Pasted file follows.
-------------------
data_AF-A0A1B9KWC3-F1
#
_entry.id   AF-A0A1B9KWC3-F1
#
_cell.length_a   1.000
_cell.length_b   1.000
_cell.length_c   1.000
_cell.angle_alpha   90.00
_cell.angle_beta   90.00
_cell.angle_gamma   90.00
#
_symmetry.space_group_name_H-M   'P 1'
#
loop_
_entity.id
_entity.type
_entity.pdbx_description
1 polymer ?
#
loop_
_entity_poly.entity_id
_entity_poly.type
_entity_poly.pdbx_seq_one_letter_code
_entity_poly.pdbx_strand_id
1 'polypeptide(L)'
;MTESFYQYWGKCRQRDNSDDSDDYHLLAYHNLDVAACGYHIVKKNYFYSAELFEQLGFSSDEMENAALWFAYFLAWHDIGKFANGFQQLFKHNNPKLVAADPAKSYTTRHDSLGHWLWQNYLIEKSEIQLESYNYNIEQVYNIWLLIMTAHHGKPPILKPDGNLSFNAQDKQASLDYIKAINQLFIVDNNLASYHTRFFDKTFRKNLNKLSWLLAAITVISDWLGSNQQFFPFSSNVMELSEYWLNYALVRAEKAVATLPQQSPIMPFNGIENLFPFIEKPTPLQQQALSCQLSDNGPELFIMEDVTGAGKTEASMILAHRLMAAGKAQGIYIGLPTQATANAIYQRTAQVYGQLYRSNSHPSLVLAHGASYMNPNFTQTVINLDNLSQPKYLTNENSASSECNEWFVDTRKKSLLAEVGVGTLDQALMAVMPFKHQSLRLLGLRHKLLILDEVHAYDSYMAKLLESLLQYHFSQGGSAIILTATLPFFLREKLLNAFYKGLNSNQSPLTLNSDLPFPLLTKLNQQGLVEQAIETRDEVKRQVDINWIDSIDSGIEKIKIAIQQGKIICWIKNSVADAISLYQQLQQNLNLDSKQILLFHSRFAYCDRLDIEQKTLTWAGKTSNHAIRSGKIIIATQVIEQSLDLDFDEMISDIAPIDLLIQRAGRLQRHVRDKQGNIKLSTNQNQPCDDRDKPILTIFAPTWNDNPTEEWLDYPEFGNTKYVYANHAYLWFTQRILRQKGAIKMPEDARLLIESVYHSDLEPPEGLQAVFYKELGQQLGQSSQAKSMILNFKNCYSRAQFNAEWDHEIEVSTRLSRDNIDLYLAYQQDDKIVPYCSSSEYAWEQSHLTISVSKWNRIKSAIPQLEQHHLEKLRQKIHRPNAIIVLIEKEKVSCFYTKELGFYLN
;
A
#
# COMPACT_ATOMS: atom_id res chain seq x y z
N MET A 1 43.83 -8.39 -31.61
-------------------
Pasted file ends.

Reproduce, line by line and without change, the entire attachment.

data_AF-A0A1B9KWC3-F1
#
_entry.id   AF-A0A1B9KWC3-F1
#
_cell.length_a   1.000
_cell.length_b   1.000
_cell.length_c   1.000
_cell.angle_alpha   90.00
_cell.angle_beta   90.00
_cell.angle_gamma   90.00
#
_symmetry.space_group_name_H-M   'P 1'
#
loop_
_entity.id
_entity.type
_entity.pdbx_description
1 polymer ?
#
loop_
_entity_poly.entity_id
_entity_poly.type
_entity_poly.pdbx_seq_one_letter_code
_entity_poly.pdbx_strand_id
1 'polypeptide(L)'
;MTESFYQYWGKCRQRDNSDDSDDYHLLAYHNLDVAACGYHIVKKNYFYSAELFEQLGFSSDEMENAALWFAYFLAWHDIGKFANGFQQLFKHNNPKLVAADPAKSYTTRHDSLGHWLWQNYLIEKSEIQLESYNYNIEQVYNIWLLIMTAHHGKPPILKPDGNLSFNAQDKQASLDYIKAINQLFIVDNNLASYHTRFFDKTFRKNLNKLSWLLAAITVISDWLGSNQQFFPFSSNVMELSEYWLNYALVRAEKAVATLPQQSPIMPFNGIENLFPFIEKPTPLQQQALSCQLSDNGPELFIMEDVTGAGKTEASMILAHRLMAAGKAQGIYIGLPTQATANAIYQRTAQVYGQLYRSNSHPSLVLAHGASYMNPNFTQTVINLDNLSQPKYLTNENSASSECNEWFVDTRKKSLLAEVGVGTLDQALMAVMPFKHQSLRLLGLRHKLLILDEVHAYDSYMAKLLESLLQYHFSQGGSAIILTATLPFFLREKLLNAFYKGLNSNQSPLTLNSDLPFPLLTKLNQQGLVEQAIETRDEVKRQVDINWIDSIDSGIEKIKIAIQQGKIICWIKNSVADAISLYQQLQQNLNLDSKQILLFHSRFAYCDRLDIEQKTLTWAGKTSNHAIRSGKIIIATQVIEQSLDLDFDEMISDIAPIDLLIQRAGRLQRHVRDKQGNIKLSTNQNQPCDDRDKPILTIFAPTWNDNPTEEWLDYPEFGNTKYVYANHAYLWFTQRILRQKGAIKMPEDARLLIESVYHSDLEPPEGLQAVFYKELGQQLGQSSQAKSMILNFKNCYSRAQFNAEWDHEIEVSTRLSRDNIDLYLAYQQDDKIVPYCSSSEYAWEQSHLTISVSKWNRIKSAIPQLEQHHLEKLRQKIHRPNAIIVLIEKEKVSCFYTKELGFYLN
;
A
#
# COMPACT_ATOMS: atom_id res chain seq x y z
N MET A 1 43.83 -8.39 -31.61